Tag two friends between 8am and 8pm Melbourne time. If you get picked out of our hat you and your friends will get a {insert service} on us. We’ll DM the winners.

To enter, you must be followers of {insert account name}. Winner will be drawn on {insert date and time} and must be able to get to our {insert business name and location}. This competition is in no way sponsored, endorsed or administered by Instagram.

Tell me, do you have a campaign to put your followers to work for you?

*Disclaimer: Kara is a client but I do declare that I learn more from her than vice versa! The girl is on fire…

This is a post in my Digital Marketing blog series. Each month, I share insights, hints and tips from my social media and digital marketing bag of tricks. I’ll show you how to rock online communications and how to use digital marketing to solve your business marketing problems.  If there’s something specific you’d like to know, please shoot me an email or give me a buzz, and I’ll do my best to help, or address it in an upcoming blog post or on my social media platforms.

Case study your way to communications gold

Case study your way to communications gold

Gosh, I love a case study as a communications tactic! I think they’re under-utilised, possibly because so many of us were drowning in churning out academic case studies for university which were often dry and boring. However, when written beautifully (but of course!) and used strategically across communications channels they can be a powerful tool.

Here’s the key benefits of including case studies in your communications:

  1. They describe a problem or an issue and how you as an expert solved it;
  2. They help establish your credibility and authority; and
  3. They promote your business and your expertise so you become the go-to.

Here’s an example of a fantastic case study, and another, and perhaps one more. In fact, here’s a whole slab of case studies for your reading pleasure.

Want to know how best to use your case studies in your communications?

Easy peasy- sprinkle them like glitter:

  • On your website
  • On your testimonials page
  • In your social media schedule
  • In your blog
  • Included in your pitch, proposal and quote documents
  • In your media pitches
  • Verbally at meetings and events.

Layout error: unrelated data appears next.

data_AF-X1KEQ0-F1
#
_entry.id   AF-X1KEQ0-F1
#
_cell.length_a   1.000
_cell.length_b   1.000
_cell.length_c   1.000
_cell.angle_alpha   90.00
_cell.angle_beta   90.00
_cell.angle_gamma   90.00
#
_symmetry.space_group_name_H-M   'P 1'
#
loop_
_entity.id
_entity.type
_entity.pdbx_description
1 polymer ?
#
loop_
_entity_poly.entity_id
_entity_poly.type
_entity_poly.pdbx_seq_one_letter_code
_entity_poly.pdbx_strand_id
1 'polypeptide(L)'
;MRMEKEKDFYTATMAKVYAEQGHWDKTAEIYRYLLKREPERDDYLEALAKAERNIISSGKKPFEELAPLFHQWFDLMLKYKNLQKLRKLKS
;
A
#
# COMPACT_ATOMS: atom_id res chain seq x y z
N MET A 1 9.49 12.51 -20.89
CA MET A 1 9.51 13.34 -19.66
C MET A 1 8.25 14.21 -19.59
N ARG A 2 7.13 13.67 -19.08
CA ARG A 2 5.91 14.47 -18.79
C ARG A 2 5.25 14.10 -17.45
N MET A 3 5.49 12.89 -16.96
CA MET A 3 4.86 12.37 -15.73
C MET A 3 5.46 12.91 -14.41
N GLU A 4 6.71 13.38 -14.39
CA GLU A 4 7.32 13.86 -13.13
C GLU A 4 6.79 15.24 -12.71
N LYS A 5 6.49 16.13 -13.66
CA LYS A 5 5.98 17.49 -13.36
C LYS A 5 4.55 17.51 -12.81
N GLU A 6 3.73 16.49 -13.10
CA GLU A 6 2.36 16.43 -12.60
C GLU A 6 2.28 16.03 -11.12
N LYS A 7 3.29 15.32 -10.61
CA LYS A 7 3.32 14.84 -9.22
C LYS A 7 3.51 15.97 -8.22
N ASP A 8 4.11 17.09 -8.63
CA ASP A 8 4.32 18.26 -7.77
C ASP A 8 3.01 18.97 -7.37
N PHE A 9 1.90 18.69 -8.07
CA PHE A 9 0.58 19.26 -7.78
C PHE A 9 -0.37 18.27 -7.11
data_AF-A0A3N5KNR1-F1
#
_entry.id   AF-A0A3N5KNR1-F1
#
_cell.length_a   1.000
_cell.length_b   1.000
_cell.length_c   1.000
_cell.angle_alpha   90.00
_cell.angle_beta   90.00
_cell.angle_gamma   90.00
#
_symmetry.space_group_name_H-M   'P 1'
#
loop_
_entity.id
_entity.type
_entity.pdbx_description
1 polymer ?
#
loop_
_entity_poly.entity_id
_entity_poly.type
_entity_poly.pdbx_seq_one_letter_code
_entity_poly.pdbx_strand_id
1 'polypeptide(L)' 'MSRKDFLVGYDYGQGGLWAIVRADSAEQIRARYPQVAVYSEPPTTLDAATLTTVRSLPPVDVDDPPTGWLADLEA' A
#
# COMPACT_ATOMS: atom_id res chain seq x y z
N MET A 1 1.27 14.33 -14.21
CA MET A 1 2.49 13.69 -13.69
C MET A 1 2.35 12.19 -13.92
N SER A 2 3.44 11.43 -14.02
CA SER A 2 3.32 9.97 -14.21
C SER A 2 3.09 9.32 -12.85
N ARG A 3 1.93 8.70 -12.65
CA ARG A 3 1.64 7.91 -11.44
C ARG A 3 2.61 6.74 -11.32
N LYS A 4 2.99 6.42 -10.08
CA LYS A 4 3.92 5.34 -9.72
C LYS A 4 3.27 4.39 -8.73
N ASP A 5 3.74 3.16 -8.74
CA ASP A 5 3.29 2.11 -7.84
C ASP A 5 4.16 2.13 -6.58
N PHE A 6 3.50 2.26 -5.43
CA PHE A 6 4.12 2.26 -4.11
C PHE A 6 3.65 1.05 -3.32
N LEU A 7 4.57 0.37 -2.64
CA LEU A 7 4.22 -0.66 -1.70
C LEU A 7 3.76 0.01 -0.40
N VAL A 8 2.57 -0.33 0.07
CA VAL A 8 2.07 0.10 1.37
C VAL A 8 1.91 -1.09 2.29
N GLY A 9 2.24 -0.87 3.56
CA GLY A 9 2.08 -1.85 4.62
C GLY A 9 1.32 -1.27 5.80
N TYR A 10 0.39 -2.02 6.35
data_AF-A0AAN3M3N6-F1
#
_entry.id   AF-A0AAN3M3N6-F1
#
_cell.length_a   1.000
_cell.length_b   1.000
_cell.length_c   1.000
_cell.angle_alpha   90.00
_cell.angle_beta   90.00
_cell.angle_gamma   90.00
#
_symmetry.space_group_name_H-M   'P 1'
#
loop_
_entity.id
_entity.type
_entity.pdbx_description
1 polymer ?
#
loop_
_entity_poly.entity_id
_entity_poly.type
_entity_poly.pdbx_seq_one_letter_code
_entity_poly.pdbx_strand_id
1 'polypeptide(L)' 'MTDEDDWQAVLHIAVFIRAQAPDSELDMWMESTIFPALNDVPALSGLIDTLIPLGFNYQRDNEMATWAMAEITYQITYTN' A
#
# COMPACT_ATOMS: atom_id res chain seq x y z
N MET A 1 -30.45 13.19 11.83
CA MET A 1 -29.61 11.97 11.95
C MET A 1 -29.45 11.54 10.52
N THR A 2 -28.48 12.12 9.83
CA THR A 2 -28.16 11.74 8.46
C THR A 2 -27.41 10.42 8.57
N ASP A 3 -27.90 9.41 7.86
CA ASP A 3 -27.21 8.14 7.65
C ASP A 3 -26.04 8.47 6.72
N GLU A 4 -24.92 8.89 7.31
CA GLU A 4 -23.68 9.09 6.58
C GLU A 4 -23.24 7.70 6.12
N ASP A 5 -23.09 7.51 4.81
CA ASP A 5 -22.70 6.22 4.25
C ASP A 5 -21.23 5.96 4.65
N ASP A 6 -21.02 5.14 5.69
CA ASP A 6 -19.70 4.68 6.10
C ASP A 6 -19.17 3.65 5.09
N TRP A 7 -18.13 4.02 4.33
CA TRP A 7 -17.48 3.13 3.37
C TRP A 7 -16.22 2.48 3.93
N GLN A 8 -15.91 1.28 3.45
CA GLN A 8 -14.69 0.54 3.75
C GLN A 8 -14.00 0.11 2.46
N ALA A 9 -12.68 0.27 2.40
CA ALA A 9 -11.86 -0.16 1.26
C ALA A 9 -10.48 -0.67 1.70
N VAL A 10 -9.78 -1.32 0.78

Tell me, do you use case studies as part of your communications toolkit?

My Top 10 Go-To Writing Prompts

This is a post in my Communications Toolkit series. Each month, I share insights, hints and tips from my communications and copywriting bag of tricks. I’ll show you how to rock copywriting a range of products, tactics to communications glory and how to use communications and PR to solve your business marketing problems. If there’s something specific you’d like to know, please shoot me an email or give me a buzz, and I’ll do my best to help, or address it in an upcoming blog post or on my social media platforms.

Blue51 Show and Tell- Let your services copy tell your story

Let your services copy tell your story

There’s nothing like using the principles of story to translate sales and services copy into a narrative that conveys passion, enthusiasm and experience, aka a story. Blue51 Communications’ tagline is tell your story, and today’s Blue51 Show and Tell gives an insight into the writing process behind helping a business owner do exactly that.

The project:

Launching a new set of services alongside the launch of a beautiful new website.

The client:

Style With Substance provides styling services to equip women in business to make confident outfit decisions each day, with a wardrobe that is creative and practical, functional and fashionable.

The new styling services devised by Style With Substance are designed to make the act of getting dressed effortless, so busy women think about their wardrobe less, so they can focus on what really matters more.

The client’s target audience:

Style with Substance has two clearly defined audiences:

1- business owners who need their personal brand to be enhanced through a practical and creative wardrobe; and

2- women in the corporate sector wishing to blend accepted dress codes with individual expression.

The approach:

When I first met with Louise, Founder of Style With Substance, she had an a3 artist’s sketchbook tucked under her arm. She opened it to reveal a mind map of her proposed services, complete with indecipherable scribbles in different colours, huge question marks and big ticks next to different items. My Word Nerd heart swelled and I knew this was going to be a fantastic project!

Louise has two distinct target audiences, yet her services are applicable to both. The challenge was to write her services in a way that appealed to both. We went with a descriptive approach for each service, asking a few key questions to help readers resonate with the text and the service as it applied to them, with a list of key inclusions to clarify the detail of the services. There was a risk that there’d be a little too much fluff- and indeed, my first draft had quite a bit of ‘texture.’ I went much deeper than a simple edit- rather I wrote the content with an eye on the bigger picture to ensure it was aligned to Style With Substance’s overarching business communications. Moving way beyond spelling and grammar, I removed all traces of fluff whilst adding clarity in messages, consistent with business goals. Fear not; the fluff was recycled (somewhat) as some of the content was perfect for social media captions.

The results:

Style With Substance has a beautiful new website, and a set of services that are clear, easy to navigate and destined to make recipient’s lives much, much simpler so they can focus more on what matters- getting on with being fabulous!